The F-X project in South Korea was initially proposed in the early 1990s, to ultimately replace the country’s F-4 and F-5 fleet and gain air supremacy over North Korea. Following the financial crisis of 1997, however, the project was scaled back from an initial plan for 120 fighters to just 40, with 40 F-15Ks being purchased in 2002 (phase 1). Then, in the second phase of the project, another 20 F-15Ks were purchased in 2007.
To reach its original target, the Republic of Korea Air Force (ROKAF) still needed another 60 next-generation fighters. Thus, the F-X Phase 3 (F-X III) project was launched, with the aim of procuring those 60 additional air fighters to supersede the aging F-4 and F-5 fleet. The plan is to introduce them between 2017 and 2021 at a cost of 8.3 trillion won ($7.3 billion).
But even though the ROK economy has grown steadily over the years and the country has continuously modernized its armed forces, such a rapid increase in military spending on its air force looks to be an almost impossible task, particularly given the major role that ground forces plan in ROK military and the need to prepare for the wartime command takeover in 2015. For this reason alone, the entire F-X III project cost, involving initial procurement and future maintenance, needs to be examined more closely.
Should the project proceed, then given the initial procurement budget and the astronomical maintenance costs, the F-X III could well lead to the structural disarmament of ROKAF. Structural disarmament – a concept first suggested by Thomas Callahan – has its roots in the increased technological sophistication of weapons systems. Technological improvements cost money, making each new generation of weapon system much more expensive. With higher unit costs, fewer systems can be produced and purchased.
The F-X III
Formal bids for the Boeing F-15 Silent Eagle, the Eurofighter Typhoon and the Lockheed Martin F-35 were submitted to the ROK in June 2012. With this project, the ROKAF is seeking to achieve a balance in both the quality and quantity of air power with North Korea and other regional powers by replacing its soon-to-be retired F-4 and F-5 fleet. The ROK Defense Acquisition Program Administration (DAPA) will choose the fighter that meets the ROKAF’s Required Operation Capability (ROC) and ceiling cost (8.3 trillion won), and that offers a sound industrial spillover package.
In terms of cost, DAPA will try not to spend more than an initial procurement ceiling; however, since the second round of bidding ended unsuccessfully on June 28, various options have been discussed, such as increasing the budget, breaking up the purchase, or reducing the number of air fighters. DAPA is also interested in industrial spillover, through offsetting trade and technology transfer. In particular, it seeks to acquire relevant technology for the KFX (Korean Fighter eXperimental) project.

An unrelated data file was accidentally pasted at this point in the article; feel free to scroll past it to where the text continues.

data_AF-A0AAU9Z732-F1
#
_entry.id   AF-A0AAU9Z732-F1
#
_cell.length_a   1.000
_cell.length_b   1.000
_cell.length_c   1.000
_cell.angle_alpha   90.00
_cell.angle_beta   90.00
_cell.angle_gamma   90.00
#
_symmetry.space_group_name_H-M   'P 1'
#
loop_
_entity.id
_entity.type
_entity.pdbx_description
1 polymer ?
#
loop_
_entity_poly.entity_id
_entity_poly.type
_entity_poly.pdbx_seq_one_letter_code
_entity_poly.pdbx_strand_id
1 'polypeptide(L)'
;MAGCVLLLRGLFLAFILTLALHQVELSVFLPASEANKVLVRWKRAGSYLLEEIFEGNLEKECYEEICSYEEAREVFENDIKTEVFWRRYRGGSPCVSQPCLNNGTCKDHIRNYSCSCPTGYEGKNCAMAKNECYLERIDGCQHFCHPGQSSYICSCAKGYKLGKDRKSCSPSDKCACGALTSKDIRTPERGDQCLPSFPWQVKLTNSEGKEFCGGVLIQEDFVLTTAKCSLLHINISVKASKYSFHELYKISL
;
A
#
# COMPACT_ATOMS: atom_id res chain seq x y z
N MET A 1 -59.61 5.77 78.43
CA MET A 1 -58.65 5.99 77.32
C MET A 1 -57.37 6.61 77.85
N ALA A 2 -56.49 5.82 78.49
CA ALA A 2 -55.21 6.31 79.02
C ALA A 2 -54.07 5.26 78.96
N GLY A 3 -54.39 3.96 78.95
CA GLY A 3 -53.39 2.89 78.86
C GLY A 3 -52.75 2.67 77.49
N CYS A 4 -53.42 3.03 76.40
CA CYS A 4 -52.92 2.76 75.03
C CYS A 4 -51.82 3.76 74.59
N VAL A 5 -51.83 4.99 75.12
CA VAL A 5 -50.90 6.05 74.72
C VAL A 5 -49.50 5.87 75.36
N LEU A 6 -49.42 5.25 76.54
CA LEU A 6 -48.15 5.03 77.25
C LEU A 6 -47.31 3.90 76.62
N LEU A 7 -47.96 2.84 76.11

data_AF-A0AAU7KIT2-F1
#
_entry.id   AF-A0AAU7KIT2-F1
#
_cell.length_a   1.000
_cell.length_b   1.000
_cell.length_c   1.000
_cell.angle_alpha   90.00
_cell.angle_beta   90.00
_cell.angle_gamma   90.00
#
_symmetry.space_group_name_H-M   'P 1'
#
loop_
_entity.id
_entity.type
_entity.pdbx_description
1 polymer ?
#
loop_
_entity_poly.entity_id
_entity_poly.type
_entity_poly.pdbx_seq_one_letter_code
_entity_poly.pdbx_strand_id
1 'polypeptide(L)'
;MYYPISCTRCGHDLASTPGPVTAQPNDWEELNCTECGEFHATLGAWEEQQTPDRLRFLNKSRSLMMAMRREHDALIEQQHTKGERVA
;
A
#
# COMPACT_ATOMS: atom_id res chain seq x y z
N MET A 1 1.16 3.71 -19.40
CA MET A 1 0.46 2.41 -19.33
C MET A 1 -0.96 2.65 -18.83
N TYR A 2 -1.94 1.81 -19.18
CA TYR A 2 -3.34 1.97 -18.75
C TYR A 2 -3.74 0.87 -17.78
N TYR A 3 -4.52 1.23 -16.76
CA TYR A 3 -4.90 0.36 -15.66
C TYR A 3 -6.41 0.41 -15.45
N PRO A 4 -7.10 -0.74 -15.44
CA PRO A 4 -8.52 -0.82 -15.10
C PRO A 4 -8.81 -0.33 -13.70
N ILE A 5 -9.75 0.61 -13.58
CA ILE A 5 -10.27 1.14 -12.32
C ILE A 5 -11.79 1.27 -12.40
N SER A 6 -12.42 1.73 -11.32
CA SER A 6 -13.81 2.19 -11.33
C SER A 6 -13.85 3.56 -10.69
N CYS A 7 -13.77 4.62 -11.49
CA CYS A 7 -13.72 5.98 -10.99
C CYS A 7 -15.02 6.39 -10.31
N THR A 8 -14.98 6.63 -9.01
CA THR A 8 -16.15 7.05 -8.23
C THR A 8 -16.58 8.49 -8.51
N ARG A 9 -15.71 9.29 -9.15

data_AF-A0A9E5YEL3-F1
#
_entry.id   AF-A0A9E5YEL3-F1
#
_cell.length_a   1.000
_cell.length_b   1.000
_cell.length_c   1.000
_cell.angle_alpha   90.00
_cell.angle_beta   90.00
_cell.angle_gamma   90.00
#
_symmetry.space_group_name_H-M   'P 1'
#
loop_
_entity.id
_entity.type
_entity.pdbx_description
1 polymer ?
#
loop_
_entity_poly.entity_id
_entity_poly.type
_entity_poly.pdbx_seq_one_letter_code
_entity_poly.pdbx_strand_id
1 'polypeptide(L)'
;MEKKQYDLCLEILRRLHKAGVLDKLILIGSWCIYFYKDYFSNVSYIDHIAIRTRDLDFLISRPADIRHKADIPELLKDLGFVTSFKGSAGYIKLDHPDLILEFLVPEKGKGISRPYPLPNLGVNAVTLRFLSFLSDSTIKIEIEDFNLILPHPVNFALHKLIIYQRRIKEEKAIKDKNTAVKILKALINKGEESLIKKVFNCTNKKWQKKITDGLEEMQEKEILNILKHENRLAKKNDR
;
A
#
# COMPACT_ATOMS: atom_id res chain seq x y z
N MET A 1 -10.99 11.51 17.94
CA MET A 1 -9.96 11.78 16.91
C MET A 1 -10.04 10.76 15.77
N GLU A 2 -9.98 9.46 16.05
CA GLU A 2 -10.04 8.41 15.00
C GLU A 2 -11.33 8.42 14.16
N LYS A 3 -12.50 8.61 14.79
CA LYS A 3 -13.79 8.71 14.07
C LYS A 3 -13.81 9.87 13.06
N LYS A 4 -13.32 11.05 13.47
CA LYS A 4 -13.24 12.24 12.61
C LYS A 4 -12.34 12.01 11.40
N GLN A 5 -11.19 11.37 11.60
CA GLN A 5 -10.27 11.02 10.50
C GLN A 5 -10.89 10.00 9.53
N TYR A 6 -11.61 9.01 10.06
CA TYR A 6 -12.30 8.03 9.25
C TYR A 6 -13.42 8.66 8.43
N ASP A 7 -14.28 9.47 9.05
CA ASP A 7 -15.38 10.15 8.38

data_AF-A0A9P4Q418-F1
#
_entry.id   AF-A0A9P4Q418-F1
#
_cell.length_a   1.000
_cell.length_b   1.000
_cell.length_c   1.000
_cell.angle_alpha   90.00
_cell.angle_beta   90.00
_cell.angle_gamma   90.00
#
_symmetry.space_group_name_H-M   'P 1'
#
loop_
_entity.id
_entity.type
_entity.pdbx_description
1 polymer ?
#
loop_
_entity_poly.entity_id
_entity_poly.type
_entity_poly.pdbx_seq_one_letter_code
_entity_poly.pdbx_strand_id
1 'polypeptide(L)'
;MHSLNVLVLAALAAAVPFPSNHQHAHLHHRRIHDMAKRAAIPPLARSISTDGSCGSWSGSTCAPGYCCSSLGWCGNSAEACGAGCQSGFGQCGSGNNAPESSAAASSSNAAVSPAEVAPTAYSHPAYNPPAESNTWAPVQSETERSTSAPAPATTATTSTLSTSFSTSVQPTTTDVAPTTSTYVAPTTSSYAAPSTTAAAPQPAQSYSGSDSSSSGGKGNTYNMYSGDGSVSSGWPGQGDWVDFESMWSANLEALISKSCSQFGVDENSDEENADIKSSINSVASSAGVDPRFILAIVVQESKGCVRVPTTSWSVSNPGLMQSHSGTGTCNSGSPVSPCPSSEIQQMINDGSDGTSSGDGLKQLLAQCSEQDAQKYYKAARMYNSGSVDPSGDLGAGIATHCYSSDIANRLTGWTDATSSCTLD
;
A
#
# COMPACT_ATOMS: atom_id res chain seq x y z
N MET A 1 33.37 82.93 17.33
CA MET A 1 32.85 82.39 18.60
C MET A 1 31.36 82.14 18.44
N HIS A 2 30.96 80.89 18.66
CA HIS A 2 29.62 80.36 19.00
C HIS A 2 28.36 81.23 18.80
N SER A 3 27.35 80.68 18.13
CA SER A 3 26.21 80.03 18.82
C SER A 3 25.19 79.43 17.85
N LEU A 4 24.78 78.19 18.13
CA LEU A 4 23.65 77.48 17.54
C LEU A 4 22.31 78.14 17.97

The ROC for the F-X project is classified and so it is hard to get concrete information. However, based on government leaks and the ROK’s security threat assessment, one can speculate. First, to prepare for the wartime command takeover in 2015, ROKAF wants to be equipped with an independent deep and precise operational capability vis-à-vis the North Korean center of gravity and weapons of mass destruction (WMD) production and storage units.
Most North Korean WMD production units and storage facilities are situated in the mountainous areas near the Russian and Chinese borders. This is far enough away to be well protected from U.S.-South Korea alliance artillery and short- to mid-range missiles. A deep and precise operational capability that can paralyze the North Korean wartime command and neutralize key asymmetric warfare assets is thus highly desirable.
Second, the ROKAF would want sufficient operational range and high-performance fifth-generation air fighters that can compete with regional equivalents (Japan’s F-35 and China’s J-20) in remote disputed territories of Dokdo (Takeshima) and Ieodo (Suyan Rock). But this high standard comes at a cost. Moreover, if DAPA decides to choose stealth fighters, following the lead of Japan and China, the maintenance costs will climb even higher, given substantial stealth coating cost.
In fact, the ROKAF is already starting to struggle with the heavy maintenance costs of cutting-edge air fighters. According to a Korea Times report which cited a senior air force official (speaking on the condition of anonymity), maintenance costs for the F-15K rose 10-fold, from 9.7 billion won ($8.5 million) in 2008 to 95.82 billion won ($85 million) in 2011, about the price of a new F-15K. This is natural given that the ROKAF itself only repairs 60 avionics parts. Yet the maintenance costs associated with the potential F-X III partners will be even higher.
According to a parliamentary reply by Peter Luff dated September 14, 2010, the Royal Air Force (RAF) calculated that the cost per flight hour of operating the Tornado GR4 was £35,000, the Harrier GR9 £37,000 and the Eurofighter Typhoon FGR4 £70,000, while the German Defense Ministry estimated last year that a one-hour flight in a Eurofighter would cost €76,000.